Public Speaking Blunders: How to Do Damage Control : Under30CEO Public Speaking Blunders: How to Do Damage Control : Under30CEO
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Public Speaking Blunders: How to Do Damage Control

| June 11, 2013 | 2 Comments

Public Speaking Blunders

Maybe you had a bad morning, maybe you just didn’t think or maybe you have the unique gift to say the wrong thing at the wrong time. We’ve all had this happen at least once but how do you come back from it in the work place? Communication is king and however much we’d like to think that we don’t judge other people, when we are misunderstood in one way or another the fallout can be long lived. It should be as easy as rewording what you were trying to say except that, well, it isn’t.

The golden foot award goes to former BP CEO, Tony Hayward. On April 20, 2010, 11 men died in an explosion on a BP oil rig in the Gulf of Mexico. A month later, then-CEO Tony Hayward issued an official apology and then at the end added, “There’s no one who wants this thing over more than I do. You know, I’d like my life back.” In that moment he became the most hated CEO in the world.

In the realm of business and marketing one of the first things we learn is that perception is reality. So what happens when you ask your new boss if she’s pregnant and she says, ‘No, why do you ask?’ In one fell swoop you’ve damaged your credibility and reputation – the cornerstone of your business relationship. Darlene Price, author of Well Said! Presentations and Conversations That Get Results, notes that, “In a workplace where employers must be cutting-edge, competitive, and cost-effective, employees…will likely be replaced with those who convey a more positive attitude, collaborative spirit, proactive behavior and professional demeanor.”

SAM (Stop, Apologize, Move on)

The best way to handle when we have firmly placed our foot in our mouths is to SAM (Stop, Apologize, Move on). If you catch yourself part way, stop. If you didn’t, don’t run away and hope it’ll blow over or ignore it and keep talking, apologize immediately. Be sincere and take responsibility, don’t try to explain or make excuses. The last step is the hardest – move on. Moving on doesn’t mean you dismiss what happened, the opposite in fact. You need to clearly understand why you said what you did and how what you said was wrong and come up with strategies to make sure you don’t repeat the mistake. Rerun the conversation in your head and think of different ways you could have responded.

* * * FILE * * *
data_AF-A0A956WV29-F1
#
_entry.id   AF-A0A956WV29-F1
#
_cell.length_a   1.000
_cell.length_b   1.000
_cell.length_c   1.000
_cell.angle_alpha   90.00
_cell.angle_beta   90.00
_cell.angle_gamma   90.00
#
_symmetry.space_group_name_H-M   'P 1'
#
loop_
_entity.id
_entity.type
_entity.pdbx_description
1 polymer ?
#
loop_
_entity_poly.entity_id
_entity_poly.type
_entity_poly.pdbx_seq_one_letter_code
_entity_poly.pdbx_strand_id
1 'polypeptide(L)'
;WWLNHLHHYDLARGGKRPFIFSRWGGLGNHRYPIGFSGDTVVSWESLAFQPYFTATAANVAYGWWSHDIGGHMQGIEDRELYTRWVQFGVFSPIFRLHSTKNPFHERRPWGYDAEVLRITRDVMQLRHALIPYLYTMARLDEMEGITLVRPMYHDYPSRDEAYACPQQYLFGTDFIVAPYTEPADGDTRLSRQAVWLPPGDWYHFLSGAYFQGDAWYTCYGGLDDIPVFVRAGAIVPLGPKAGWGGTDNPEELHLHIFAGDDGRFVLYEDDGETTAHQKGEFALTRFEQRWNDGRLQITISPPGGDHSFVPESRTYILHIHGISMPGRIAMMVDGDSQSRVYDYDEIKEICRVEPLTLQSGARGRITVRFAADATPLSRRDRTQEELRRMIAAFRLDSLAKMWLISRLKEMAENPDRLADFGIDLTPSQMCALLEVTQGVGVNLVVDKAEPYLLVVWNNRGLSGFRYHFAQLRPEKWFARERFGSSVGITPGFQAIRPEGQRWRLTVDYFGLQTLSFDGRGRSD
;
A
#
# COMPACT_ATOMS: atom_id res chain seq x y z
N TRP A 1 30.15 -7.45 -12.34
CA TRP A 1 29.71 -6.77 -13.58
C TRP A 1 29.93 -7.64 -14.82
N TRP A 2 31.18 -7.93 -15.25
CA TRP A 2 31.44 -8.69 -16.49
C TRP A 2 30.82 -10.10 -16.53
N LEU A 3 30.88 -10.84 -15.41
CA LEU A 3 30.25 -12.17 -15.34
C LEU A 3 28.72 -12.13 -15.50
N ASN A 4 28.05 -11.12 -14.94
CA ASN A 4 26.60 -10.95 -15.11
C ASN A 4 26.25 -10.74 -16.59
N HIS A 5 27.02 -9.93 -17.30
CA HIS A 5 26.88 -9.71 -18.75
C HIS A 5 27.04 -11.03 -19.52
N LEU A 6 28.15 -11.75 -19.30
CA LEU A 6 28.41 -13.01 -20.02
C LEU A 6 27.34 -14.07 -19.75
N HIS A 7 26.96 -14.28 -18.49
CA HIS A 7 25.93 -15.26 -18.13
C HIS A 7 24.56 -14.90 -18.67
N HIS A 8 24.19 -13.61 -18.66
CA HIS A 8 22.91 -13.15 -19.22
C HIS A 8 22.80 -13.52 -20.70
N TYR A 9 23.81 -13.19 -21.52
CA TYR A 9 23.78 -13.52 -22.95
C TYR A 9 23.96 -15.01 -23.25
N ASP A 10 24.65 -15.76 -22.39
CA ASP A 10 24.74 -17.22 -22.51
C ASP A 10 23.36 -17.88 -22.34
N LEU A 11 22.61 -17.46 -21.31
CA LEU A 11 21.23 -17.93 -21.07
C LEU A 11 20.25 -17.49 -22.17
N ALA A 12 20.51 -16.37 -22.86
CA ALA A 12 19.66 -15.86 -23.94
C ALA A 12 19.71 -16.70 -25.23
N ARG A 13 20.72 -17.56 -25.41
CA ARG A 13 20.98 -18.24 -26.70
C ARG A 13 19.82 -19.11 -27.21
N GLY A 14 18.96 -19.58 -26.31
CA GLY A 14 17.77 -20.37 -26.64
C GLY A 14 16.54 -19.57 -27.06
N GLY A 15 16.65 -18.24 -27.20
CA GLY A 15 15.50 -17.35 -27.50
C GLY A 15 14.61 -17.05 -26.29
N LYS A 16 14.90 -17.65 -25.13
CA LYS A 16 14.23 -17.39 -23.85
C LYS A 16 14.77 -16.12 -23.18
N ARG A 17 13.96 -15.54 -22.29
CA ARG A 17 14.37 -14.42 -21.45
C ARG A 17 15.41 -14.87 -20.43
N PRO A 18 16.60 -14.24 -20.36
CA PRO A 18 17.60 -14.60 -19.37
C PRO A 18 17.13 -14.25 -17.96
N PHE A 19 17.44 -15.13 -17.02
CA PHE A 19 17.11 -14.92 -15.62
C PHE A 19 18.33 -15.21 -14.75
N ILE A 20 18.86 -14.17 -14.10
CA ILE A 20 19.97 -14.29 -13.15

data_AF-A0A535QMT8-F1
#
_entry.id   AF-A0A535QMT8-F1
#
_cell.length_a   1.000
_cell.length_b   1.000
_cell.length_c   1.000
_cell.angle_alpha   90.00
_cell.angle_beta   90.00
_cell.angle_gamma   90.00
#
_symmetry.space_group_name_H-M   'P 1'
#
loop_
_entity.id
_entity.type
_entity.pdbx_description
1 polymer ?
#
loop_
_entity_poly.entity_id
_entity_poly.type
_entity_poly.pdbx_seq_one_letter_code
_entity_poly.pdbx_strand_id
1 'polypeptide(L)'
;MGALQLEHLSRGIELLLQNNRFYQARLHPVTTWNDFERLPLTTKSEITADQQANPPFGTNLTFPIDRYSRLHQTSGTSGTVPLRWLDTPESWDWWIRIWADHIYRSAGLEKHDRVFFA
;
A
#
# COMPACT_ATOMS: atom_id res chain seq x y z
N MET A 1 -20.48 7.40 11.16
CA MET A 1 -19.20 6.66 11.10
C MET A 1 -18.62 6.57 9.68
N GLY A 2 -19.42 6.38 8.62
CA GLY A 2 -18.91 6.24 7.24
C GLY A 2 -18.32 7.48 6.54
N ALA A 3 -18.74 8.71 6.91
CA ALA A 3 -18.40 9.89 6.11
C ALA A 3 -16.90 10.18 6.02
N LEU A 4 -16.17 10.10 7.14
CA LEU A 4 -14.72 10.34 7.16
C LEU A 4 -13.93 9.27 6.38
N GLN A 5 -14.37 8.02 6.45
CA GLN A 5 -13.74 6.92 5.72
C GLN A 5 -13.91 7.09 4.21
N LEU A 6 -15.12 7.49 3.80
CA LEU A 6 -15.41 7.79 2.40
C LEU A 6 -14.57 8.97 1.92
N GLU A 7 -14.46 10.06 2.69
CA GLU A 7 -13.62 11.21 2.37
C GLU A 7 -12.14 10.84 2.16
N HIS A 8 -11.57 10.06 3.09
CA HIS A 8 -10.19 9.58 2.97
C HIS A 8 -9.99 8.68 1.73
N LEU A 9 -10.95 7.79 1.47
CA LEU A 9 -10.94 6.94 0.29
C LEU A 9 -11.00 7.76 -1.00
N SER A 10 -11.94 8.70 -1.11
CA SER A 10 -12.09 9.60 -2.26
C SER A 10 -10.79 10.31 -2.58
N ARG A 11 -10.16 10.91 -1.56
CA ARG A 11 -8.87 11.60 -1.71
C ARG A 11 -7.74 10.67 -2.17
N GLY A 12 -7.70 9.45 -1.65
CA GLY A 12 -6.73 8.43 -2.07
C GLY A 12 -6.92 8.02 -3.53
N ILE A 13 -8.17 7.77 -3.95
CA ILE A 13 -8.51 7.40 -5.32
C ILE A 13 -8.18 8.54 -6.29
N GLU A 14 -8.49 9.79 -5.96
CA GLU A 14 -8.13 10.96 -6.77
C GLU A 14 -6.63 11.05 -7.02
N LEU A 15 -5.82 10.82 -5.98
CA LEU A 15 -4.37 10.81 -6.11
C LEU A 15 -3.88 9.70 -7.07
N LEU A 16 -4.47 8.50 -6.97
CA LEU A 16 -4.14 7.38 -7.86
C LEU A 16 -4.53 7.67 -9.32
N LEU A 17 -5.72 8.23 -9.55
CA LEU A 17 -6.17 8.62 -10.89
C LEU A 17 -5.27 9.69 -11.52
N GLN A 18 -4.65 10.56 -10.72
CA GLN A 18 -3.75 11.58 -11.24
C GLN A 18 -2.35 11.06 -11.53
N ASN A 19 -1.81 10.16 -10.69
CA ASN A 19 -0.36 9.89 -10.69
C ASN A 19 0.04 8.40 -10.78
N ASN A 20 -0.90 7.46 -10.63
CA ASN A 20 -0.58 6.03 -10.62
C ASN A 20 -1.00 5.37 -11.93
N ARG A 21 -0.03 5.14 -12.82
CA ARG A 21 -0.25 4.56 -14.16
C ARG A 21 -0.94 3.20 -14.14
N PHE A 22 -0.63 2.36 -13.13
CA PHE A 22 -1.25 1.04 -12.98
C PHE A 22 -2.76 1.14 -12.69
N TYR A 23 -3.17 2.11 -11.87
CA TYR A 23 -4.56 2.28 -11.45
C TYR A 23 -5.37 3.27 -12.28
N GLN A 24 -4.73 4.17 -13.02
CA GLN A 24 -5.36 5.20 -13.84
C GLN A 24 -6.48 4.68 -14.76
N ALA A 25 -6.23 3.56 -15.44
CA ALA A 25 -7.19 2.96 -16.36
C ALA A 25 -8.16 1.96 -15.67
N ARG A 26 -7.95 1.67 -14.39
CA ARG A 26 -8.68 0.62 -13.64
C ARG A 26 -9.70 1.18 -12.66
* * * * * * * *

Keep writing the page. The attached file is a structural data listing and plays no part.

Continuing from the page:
Read the Room

Sometimes it’s hard to know what will be taken the wrong way. For those of us with this challenge, try to ‘read the room’ and get a feel for the people who are talking and the environment you’re in. Another way to prevent a conversational blunder is to ask yourself if what you’re about to say could be broadcast on a loudspeaker? Alternatively you could ask yourself if you’d say it to your mother/father? Be careful with that last one – if you have a parent with a raunchy sense of humor, it’s not a good yardstick to be using.

Appropriate vs. Inappropriate

Some subjects are just not appropriate for the work place such as sex, politics and religion. According to David Kimmelman, Vice President of the site GetTheJob.com, “Humor becomes offensive when it’s directed at a group, like a religion or race.” Charles Purdy, author of Urban Etiquette, says, “Sex is dangerous [as a topic] because it’s so easy for a harmless conversation to devolve or for someone to feel harassed.” This doesn’t mean that you’re restricted to talking about the weather. The most useful tip I learned the hard way is to try and always keep it positive. After all, most of us spend close to half our day at work and we all want a fun, relaxed work atmosphere. So be fun and relaxed but remember you’re at work. If that’s a challenge look for an example of someone in the office who personifies this behavior and model it.

Susie Brown is a FastUpFront Blog contributor and business author. Fastupfront offers business cash loans based on future sales.

Image Credit: Shutterstock.com

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  • http://www.facebook.com/pages/Prime3coaching/180794405305000 PRIME3COACHING

    When I speak I tend to get so excited I go on little tangents. One thing that always eases the path is I make a joke at myself. “Geez what is this guy saying I can’t even follow him”. It is something I picked up from a comedian Jim Gaffigan. It gets the crowd laughing and engaged!

  • Shalom

    joking in general helps me – I like to speak in my normal conversation style with crowds.